Is vinyl siding trashy?

It is a relatively new material used in cladding and flooring and was not commercially available until the 1950s. It was created as a replacement for aluminum cladding.

Is vinyl siding trashy?

It is a relatively new material used in cladding and flooring and was not commercially available until the 1950s. It was created as a replacement for aluminum cladding. One argument against vinyl is that it cracks, fades, sinks and that it will make your house look poor quality (much to the chagrin of your neighbors). The smooth surface of the vinyl coating means dust, cobwebs and other debris slide off relatively easily when sprayed with a garden hose.

Because there's no paint to peel off, you'll never have to scrape, patch, prime, and paint the exterior surface of your home. When vinyl siding burns, it releases toxic fumes and creates acid smoke. Acid smoke is so strong that it can kill a person inside the house before flames or carbon monoxide. Replace damaged boards, call painters.

You prefer to spend money on maintaining the wood material, rather than throwing it down the drain on something that will inevitably end up in landfill. Many homeowners who plan to install or replace existing siding are often hesitant between vinyl and. Wood siding as the two best options available on the market. Wood has been the favorite material for siding until vinyl siding appeared in the 1950s.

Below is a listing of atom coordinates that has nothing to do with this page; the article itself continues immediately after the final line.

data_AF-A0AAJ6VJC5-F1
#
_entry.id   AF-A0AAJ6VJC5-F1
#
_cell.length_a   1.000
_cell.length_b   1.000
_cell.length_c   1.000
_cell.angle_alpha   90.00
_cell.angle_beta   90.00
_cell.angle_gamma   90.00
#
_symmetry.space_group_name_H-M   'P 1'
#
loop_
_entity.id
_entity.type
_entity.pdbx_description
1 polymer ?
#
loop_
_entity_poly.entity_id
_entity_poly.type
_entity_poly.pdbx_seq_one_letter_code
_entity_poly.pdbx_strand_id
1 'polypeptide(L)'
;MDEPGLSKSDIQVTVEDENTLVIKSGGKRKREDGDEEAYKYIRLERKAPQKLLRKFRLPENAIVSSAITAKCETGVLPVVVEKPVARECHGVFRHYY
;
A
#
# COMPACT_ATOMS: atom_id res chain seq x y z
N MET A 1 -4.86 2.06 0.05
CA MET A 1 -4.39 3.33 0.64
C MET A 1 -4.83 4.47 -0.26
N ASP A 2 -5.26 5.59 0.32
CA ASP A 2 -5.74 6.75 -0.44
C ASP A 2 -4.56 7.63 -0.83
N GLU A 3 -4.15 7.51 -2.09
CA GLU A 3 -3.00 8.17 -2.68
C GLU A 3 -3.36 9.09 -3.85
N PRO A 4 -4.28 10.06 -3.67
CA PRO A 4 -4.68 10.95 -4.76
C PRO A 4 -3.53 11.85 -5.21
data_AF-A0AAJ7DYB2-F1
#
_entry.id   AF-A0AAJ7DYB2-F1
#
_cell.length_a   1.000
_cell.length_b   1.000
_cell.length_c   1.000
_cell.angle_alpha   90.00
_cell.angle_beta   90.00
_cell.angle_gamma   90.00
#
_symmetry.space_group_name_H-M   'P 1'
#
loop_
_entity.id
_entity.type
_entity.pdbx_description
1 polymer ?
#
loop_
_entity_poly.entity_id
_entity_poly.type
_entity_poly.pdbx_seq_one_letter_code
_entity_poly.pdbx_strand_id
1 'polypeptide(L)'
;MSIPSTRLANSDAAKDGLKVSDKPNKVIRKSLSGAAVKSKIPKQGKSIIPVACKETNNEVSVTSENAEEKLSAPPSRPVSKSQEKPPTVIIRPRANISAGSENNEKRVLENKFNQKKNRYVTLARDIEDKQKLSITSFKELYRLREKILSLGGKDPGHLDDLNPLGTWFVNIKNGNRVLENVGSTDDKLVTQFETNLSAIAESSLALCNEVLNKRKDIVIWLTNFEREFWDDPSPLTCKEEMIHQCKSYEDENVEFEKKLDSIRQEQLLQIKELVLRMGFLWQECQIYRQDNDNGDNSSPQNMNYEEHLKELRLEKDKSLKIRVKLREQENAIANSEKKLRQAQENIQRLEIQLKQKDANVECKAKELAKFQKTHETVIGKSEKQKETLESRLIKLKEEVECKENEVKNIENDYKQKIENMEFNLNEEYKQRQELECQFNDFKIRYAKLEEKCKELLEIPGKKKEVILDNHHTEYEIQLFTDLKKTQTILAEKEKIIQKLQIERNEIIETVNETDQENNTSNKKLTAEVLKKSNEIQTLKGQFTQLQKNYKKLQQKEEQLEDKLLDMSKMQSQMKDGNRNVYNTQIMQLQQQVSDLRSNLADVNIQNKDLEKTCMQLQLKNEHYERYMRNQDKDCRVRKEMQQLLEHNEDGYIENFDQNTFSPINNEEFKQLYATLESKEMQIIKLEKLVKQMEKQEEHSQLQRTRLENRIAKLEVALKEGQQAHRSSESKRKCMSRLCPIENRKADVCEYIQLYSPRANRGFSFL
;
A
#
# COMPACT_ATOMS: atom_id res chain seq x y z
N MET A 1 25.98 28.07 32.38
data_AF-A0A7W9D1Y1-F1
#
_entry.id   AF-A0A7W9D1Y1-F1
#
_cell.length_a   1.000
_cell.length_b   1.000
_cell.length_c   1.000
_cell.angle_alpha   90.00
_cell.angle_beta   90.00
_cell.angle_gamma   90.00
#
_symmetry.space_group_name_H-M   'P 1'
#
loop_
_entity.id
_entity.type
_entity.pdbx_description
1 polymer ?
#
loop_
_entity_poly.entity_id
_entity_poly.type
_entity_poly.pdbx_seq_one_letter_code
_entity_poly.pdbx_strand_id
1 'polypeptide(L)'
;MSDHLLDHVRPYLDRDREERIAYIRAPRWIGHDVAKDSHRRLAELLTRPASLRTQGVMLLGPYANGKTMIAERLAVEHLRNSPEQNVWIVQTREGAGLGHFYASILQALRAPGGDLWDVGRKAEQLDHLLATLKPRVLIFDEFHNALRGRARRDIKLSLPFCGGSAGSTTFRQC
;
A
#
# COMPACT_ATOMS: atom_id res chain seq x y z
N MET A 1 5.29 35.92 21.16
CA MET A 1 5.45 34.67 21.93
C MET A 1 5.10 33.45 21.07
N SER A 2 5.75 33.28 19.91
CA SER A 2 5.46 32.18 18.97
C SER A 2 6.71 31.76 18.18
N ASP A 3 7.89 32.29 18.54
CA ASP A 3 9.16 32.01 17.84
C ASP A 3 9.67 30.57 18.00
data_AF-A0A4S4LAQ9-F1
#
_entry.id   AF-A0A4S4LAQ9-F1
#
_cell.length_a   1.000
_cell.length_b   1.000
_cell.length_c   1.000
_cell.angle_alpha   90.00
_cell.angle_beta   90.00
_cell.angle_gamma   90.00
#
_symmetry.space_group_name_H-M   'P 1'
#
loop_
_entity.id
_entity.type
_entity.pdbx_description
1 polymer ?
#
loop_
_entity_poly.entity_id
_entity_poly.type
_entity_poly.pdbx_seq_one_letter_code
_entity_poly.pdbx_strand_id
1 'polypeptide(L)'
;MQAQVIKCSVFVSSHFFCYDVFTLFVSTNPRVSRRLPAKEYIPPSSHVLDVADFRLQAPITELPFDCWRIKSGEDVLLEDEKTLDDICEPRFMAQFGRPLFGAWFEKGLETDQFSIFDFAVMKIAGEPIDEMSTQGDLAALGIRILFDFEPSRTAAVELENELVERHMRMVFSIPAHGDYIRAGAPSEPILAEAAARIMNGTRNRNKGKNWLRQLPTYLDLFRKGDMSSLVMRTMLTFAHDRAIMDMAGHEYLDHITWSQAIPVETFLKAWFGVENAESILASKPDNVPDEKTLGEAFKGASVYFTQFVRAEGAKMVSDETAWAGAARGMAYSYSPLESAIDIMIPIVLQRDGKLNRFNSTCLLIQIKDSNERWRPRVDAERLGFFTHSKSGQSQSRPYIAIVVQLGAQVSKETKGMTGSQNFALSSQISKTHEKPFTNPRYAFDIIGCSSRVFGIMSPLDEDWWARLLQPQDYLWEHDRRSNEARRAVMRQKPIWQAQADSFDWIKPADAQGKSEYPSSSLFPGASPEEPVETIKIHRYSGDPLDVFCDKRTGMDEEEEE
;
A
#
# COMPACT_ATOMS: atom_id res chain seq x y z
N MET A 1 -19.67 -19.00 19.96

There are few issues in the entire field of residential construction products that draw lines of battle as sharp as vinyl siding. Proponents insist that it never needs painting, while its detractors insist that houses should never be covered with anything but real wood. As a building material, vinyl siding is relatively new, it was introduced in the late 1950s as a substitute for aluminum siding. But its reputation was tarnished in the early days when it cracked, faded, bent and sank.

Continuous changes in product chemistry and installation techniques have improved product performance and increased acceptance by builders and homeowners. In fact, vinyl has captured 32 percent of the U.S. UU. New home cladding market, no end in view of its growing popularity.

The reason, in part, is because it is often (but not always) cheaper than red cedar or redwood and takes less time to install. For many people, price isn't the problem at all; the real seduction of plastic siding is reduced maintenance. That's exactly why a guy like Tom Silva, general contractor for This Old House, put vinyl in his house 20 years ago. Installer Joe Fagone slides a 4-foot long cut to size panel of embossed tile siding around a window.